For the first time, scientists have succeeded in sequencing DNA that is more than a million years old. The genome is made up of three mammoth remains and is the oldest DNA studied to date. The previous record belonged to a horse.
Mammoth teeth, buried in the permafrost of Siberia for more than a million years, have made it possible to study the oldest DNA ever sequenced. This was done by researchers at the Paleontology Center in Stockholm. These are the remains of three mammoths.
The oldest of these mammoths lived about half a million years ago, according to calculations based on genetic information.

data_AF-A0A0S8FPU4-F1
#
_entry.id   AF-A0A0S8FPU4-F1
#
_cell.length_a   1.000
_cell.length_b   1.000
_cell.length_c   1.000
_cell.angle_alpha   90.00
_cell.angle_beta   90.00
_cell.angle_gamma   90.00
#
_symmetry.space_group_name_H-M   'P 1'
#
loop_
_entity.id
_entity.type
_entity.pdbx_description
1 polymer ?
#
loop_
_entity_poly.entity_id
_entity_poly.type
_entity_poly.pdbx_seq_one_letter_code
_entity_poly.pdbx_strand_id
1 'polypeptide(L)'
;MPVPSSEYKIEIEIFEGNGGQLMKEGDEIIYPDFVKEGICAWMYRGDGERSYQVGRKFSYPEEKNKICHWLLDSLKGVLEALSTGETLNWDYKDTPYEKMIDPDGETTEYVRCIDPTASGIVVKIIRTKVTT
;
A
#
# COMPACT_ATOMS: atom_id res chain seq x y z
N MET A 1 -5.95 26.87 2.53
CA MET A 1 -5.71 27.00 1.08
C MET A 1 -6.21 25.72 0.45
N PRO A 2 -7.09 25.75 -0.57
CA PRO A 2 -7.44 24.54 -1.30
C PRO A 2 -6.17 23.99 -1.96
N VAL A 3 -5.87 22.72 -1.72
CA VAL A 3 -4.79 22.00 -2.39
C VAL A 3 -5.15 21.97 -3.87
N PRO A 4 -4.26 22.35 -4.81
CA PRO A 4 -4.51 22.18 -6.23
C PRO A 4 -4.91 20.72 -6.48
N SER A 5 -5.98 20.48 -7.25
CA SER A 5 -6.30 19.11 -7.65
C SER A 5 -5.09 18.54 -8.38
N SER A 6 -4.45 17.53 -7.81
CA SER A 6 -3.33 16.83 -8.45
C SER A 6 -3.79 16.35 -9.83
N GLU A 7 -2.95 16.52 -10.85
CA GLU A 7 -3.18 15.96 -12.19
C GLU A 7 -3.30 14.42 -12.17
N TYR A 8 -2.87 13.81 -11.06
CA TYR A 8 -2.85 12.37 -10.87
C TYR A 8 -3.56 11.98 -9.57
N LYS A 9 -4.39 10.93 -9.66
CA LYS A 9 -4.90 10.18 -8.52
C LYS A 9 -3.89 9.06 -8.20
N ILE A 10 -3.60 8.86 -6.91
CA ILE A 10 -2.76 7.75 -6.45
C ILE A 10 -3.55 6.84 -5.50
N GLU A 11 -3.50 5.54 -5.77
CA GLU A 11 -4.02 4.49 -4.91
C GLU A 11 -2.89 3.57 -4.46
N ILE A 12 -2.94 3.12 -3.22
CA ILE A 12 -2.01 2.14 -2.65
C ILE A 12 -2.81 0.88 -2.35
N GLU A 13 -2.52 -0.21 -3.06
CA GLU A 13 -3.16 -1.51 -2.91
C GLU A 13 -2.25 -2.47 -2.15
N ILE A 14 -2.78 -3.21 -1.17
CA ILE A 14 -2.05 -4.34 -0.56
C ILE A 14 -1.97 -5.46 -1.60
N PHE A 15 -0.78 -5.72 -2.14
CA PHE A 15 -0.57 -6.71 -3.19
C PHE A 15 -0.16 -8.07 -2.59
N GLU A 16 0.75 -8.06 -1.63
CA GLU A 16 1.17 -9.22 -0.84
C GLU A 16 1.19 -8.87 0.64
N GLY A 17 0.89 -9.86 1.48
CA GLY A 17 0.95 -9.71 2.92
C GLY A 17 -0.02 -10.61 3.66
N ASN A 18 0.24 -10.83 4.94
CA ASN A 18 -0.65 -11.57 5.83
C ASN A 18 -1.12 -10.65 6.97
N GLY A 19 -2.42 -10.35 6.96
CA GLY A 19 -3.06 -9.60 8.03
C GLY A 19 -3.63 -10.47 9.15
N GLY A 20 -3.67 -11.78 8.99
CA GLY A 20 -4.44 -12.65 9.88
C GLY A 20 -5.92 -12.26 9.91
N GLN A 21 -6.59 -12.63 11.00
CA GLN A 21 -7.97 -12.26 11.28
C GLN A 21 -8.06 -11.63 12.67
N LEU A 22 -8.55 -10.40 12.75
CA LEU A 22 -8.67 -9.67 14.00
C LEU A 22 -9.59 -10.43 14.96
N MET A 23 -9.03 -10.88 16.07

“The oldest DNA sample analyzed so far is about 600,000 years old. We have doubled this figure,” said Lūve Dalēns, Professor of Evolutionary Genetics.
The age of the mammoth genome is much older than the oldest sequenced DNA, which was from a horse that lived about 560 to 780 thousand years ago.
How long DNA lasts depends on both the animal’s tissues and the conditions under which the remains have survived to the present day.
“If it’s cold and the humidity is low, it’s dry, it’s longer,” said Anders Getterström, an archaeologist and geneticist at Stockholm University.
The remains of the three mammoths used in genome sequencing were originally found and excavated in the 1970s in Siberia, but were later stored in Moscow at the Russian Academy of Sciences.
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